Why I Bought Staples Inc.

Staples Inc.Back on May 18th, 2011, Staples Inc. (SPLS-Q) plummeted 15.4% to close at $16.63, from $19.65 per share, after missing earnings expectations. It did not recover its share price, and was again walloped with the massive market sell-off that occurred in early August. It closed to a low of $12.49 per share by August 10th, 2011. But with so many other big-blue chips on sale during those few days, and limited funds to invest, Staples was certainly not at the top of my buy list. There were many more other great U.S. Stocks to choose from such as Pepsi, Procter & Gamble, Home Depot, Wal-Mart, etc. I was also waiting for an indication of a turnaround in Staples share price before purchasing.

I reviewed Staples and the undervalued office sector back on May 24th, in Staples Inc. Value in Office Supplies?  I found that Staples was the dominant player in the office sector, dwarfed its competitors, and had low debt. It appeared to be a well managed company stuck in the retail sales doldrums. In addition, its main competitor Office Depot (ODP-N) had already started closing its Canadian retail locations. In a sense, all these factors give Staples an economic moat in the office supplies sector.

Many retail stocks back in May were out of favour, due to a lack of consumer confidence and spending. So I kept Staples on my watch list, even with its low dividend yield of only 2%, with the intention to purchase before September back to schools sales. With its closing share price today of $14.29 and the current dividend yield of 2.8%, Staples was looking an attractive buy opportunity. More importantly, with some money to go shopping with in my RRSP, I purchased a position in Staples at $14.00 per share this afternoon.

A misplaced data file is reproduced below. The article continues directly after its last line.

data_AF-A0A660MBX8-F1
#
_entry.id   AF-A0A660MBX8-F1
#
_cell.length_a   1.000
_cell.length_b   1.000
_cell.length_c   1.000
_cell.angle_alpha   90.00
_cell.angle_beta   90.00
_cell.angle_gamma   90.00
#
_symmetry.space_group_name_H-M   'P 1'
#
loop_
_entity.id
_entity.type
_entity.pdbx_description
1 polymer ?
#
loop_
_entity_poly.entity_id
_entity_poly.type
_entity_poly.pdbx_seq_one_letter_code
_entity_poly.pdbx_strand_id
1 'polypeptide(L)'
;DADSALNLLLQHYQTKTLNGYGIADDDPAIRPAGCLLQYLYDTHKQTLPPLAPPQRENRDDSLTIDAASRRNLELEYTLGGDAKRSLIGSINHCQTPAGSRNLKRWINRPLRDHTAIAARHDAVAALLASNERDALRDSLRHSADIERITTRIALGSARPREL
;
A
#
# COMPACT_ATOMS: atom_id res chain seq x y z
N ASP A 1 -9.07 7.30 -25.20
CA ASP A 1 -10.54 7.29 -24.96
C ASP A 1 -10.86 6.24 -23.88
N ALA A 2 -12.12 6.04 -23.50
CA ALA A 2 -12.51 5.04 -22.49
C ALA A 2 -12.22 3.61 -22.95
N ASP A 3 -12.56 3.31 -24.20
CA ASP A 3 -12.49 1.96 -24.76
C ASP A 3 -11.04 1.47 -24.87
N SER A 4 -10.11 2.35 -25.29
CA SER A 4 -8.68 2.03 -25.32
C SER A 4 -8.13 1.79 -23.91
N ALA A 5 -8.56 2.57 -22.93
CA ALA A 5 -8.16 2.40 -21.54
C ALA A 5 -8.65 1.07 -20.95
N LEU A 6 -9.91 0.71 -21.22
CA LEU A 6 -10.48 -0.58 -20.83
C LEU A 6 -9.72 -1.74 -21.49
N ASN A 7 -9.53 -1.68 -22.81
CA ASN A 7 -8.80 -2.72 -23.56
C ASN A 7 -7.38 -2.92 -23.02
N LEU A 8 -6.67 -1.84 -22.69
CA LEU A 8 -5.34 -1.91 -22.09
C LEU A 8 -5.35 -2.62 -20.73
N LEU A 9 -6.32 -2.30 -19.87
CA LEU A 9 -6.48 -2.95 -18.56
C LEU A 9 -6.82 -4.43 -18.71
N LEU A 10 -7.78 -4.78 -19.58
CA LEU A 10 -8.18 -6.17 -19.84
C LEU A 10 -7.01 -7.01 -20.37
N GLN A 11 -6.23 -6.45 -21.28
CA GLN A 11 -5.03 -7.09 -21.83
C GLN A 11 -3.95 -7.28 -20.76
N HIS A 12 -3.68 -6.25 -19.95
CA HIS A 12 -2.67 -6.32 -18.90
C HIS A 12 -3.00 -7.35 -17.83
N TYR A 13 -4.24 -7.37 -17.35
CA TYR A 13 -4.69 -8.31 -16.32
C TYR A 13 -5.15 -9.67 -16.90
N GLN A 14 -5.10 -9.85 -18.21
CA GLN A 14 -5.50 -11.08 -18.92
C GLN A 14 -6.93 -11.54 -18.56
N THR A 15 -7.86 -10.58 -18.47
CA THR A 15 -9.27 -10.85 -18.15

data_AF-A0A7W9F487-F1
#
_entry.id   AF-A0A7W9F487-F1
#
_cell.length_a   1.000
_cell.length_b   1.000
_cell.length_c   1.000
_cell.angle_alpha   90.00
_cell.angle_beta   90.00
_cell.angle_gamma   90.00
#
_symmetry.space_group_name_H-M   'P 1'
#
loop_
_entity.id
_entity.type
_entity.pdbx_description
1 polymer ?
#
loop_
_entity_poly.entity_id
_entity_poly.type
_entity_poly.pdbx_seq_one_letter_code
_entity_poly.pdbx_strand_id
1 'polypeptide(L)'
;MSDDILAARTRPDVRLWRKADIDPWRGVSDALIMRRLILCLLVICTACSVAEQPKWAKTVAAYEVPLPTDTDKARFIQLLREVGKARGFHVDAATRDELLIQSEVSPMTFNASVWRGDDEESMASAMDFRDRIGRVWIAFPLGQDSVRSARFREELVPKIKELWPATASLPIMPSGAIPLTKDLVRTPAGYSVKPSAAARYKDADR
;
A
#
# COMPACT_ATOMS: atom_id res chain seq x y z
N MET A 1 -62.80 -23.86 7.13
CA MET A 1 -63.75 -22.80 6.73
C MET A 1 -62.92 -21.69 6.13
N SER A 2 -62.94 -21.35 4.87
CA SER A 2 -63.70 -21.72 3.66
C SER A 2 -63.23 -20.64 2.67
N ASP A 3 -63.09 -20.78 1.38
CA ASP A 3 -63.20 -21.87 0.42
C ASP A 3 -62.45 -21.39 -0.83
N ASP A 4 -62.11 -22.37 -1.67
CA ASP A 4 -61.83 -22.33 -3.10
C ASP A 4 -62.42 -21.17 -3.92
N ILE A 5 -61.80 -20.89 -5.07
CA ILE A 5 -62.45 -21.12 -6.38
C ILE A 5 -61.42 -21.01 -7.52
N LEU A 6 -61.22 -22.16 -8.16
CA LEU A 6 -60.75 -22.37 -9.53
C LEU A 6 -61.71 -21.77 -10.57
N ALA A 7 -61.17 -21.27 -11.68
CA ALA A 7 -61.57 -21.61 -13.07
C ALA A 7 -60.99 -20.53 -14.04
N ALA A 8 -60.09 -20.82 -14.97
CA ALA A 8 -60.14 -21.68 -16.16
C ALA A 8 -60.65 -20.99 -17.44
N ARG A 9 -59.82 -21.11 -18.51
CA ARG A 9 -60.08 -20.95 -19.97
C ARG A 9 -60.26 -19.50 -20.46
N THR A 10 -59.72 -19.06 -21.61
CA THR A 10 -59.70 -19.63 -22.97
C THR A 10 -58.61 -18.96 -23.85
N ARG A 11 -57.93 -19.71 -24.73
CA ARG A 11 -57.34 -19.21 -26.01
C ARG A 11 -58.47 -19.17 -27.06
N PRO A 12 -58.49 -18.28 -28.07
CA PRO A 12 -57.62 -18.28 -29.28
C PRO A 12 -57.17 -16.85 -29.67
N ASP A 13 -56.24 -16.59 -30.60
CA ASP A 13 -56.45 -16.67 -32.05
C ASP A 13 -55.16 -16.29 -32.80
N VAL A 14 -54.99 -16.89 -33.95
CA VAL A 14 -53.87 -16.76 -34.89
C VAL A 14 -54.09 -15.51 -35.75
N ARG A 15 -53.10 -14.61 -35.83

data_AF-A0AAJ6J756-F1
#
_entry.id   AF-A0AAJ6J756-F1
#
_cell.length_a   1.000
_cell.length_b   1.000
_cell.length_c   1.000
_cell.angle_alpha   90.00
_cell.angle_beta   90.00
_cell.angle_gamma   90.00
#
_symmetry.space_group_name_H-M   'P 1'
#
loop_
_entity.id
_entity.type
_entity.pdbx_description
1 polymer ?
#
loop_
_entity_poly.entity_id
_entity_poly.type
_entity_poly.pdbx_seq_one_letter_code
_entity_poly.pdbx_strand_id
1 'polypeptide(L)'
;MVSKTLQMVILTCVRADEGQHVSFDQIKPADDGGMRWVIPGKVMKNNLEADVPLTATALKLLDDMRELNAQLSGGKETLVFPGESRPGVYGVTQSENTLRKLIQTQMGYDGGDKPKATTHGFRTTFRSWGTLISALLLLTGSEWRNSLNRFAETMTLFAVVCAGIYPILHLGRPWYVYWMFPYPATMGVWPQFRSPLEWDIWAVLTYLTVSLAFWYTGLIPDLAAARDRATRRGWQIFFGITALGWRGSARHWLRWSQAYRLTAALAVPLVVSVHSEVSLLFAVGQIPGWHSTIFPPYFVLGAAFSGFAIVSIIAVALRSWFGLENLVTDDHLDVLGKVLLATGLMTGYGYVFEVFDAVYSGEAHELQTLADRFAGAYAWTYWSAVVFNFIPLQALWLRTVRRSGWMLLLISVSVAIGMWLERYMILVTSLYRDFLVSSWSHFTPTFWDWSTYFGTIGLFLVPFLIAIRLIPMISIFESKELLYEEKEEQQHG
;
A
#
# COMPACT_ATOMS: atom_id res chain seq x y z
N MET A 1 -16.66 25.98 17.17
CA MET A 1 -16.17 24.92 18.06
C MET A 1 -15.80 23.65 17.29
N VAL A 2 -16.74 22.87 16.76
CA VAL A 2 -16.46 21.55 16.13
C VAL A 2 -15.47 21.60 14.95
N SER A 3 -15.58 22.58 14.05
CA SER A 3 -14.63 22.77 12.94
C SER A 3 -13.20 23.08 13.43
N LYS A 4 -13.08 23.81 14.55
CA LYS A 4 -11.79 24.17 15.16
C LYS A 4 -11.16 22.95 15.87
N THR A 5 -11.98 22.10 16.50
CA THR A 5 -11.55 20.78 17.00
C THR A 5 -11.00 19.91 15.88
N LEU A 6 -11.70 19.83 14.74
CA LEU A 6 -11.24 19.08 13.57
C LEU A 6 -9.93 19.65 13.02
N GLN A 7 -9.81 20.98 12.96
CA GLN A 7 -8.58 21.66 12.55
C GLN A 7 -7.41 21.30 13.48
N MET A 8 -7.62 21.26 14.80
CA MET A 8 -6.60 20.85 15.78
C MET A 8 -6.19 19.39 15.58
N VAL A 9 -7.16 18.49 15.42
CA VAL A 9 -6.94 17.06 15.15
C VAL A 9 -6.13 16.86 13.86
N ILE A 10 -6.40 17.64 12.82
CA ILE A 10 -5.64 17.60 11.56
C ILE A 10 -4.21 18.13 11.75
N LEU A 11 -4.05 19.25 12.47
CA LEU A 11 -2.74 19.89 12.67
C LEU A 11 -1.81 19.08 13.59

Profits Back on Track

This morning a Globe and Mail article indicated that Staples had indeed regained its retail dominance in the office supply sector, and that its profits were back on track – Staples Profit Climbs on Foreign Sales.  According to the article, net income for the three months ended July 30th, rose to $176.4-million (U.S.), or 25 cents per share, from $129.8-million, or 18 cents per share last year. Revenue rose 5 percent to $5.82-billion. As I had mentioned in my previous article, Staples is not an unprofitable business. Back in May it had missed analysts’ expectations during a retail slump. With back to school sales already starting, I felt it was time to make a move on Staples now or never.

The Reasons to Buy

Buying value stocks, from a price point of view, often means buying what is unpopular or flies under the radar. The retail office sector, I believe is one of those undervalued and unnoticed areas – until recently. September is one of the most influential months for this sector, with Christmas sales following in December. From an investment point of view, buying in August for an industry that makes most of its profits from September to December just makes good sense. This should be an interesting retail play.

The reasons on my decision to buy Staples Inc. (SPLS-Q) include the following:

  • Back to school sales in September will no doubt boost profits, and Staples bottom line.
  • Christmas retail sales in December follow shortly after.
  • Staples is the dominant player in the office supplies sector, and dwarfs its competition. It has 10.2B in assets which is nearly eight times the market cap of OfficeMax (OMX-N) and Office Depot (ODP-N) combined. It was 6 times the market cap back in May.